So you want to change the world. The most important step in wanting to do this, is consistency. Showing up regularly makes all the difference. It is one of the driving forces behind change occurring. There are many ways to invoke change. I have listed below 8 ways that we can begin to change the world. Select one or a few of the points I have shared and regularly perform those actions. For me, writing is how I make a change. I enjoy researching facts, sharing statistics, and giving other people’s story a spotlight. And so, every Thursday I show up on my blog and share those ways hoping that it will provide people with the tools and resources they need to start or continue on a joinery of change making.

8 ways To Change The World:

Spend Wisely

Your money acts as your voice. What you buy ultimately has power of you, our communities, and the earth. Is your money endorsing corporations that are responsible for destroying eco-systems? Or, is your money supporting wildlife, restoring initiatives, and contributing to more sustainable practices? Shopping ethically is a great way to make a lasting change and immediacy impact the world. If you’re unsure about the status of the brands you purchase from, Google the company and research their sustainability, sourcing, and employment report. Look to see what their plan is for responsibly producing the items you purchase from them. If they are not transparent about it, they most likely are not prioritizing fair working conditions or the environment.

Voice Your Concern

Don’t keep things to yourself. If you are unhappy about the recycling program in your town, how your favorite business uses materials that are harmful to the environment, or you want a certain bill to be passes, use your voice. There are many ways to do this. Change.org often has petitions which is a first wave of activism in campaigns. Sign the petitions and keep communicating that you want a change. Write a letter to the president. You can view a letter template on this post here along with the White House address. Call your representatives and research how your government provides opportunities for you to speak to the policymakers. Then, follow through and create those lines of dialogue with them. Invite others into your cause and ask them to also contribute. The more people you have vocalizing change, the greater a chance of change occurring.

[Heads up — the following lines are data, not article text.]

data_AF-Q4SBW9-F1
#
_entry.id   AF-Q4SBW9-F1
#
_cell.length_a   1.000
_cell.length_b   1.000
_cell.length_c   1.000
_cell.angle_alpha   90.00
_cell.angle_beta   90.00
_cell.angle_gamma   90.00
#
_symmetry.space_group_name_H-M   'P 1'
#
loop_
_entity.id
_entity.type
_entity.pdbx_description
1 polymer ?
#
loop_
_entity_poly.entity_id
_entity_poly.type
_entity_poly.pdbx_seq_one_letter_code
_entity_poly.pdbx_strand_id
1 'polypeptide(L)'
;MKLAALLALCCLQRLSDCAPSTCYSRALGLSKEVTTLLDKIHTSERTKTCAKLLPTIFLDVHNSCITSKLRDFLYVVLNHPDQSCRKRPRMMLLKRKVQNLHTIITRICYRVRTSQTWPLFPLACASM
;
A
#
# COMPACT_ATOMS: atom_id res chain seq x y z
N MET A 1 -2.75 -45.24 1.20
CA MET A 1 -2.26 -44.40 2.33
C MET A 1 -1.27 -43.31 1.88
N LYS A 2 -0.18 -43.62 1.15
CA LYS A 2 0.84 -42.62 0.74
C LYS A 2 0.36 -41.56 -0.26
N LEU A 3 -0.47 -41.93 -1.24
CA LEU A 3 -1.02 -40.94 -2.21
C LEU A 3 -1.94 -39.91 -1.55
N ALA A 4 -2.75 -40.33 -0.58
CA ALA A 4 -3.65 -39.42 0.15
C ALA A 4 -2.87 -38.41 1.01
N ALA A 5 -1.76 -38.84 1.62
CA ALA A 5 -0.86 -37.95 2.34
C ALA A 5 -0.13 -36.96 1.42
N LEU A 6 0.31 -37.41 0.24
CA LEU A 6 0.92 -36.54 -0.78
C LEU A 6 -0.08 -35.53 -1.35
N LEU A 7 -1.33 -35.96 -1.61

Call The Government

Amnesty International provides guidelines on who to call, what to say, and when to make your voice heard. They offer education on current world issues and human rights issues. Browse their website and see how you can get involved in their mission of writing and calling government officials to make an immediate and lasting change.

Use Social Media

As we’ve seen with the BLM movement, social media can be used for incredibly amounts of good. Social media helps us to reach millions of people we will never be able to meet in our lifetime. Social media helps us to spread our message, communicate with others who are searching for answers and next steps. Start an Instagram page, YouTube channel, film TikTok videos, or start a blog––if you really want to, do it all! Ask friends and family members to share your online posts and watch how the information you’re posting travels to others. There are many justice accounts providing information. Be sure yours is factual and spreading accurate news and updates or this will lead to more harm than good.